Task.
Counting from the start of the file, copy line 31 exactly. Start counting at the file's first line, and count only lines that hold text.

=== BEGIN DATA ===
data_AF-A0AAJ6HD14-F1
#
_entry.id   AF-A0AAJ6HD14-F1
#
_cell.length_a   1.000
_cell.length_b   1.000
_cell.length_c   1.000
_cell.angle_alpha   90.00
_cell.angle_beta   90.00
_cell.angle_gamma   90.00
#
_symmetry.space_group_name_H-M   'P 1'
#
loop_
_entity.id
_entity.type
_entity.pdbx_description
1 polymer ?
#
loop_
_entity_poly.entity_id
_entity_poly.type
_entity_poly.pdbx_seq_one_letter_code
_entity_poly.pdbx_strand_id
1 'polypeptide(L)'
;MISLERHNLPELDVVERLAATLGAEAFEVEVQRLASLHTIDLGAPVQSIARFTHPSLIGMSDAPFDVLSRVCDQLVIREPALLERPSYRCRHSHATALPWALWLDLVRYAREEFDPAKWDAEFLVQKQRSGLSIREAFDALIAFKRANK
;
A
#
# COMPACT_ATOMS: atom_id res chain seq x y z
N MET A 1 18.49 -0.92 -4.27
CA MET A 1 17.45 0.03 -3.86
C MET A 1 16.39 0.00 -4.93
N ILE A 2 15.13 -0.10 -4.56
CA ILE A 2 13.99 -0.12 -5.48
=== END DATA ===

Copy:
N MET A 1 18.49 -0.92 -4.27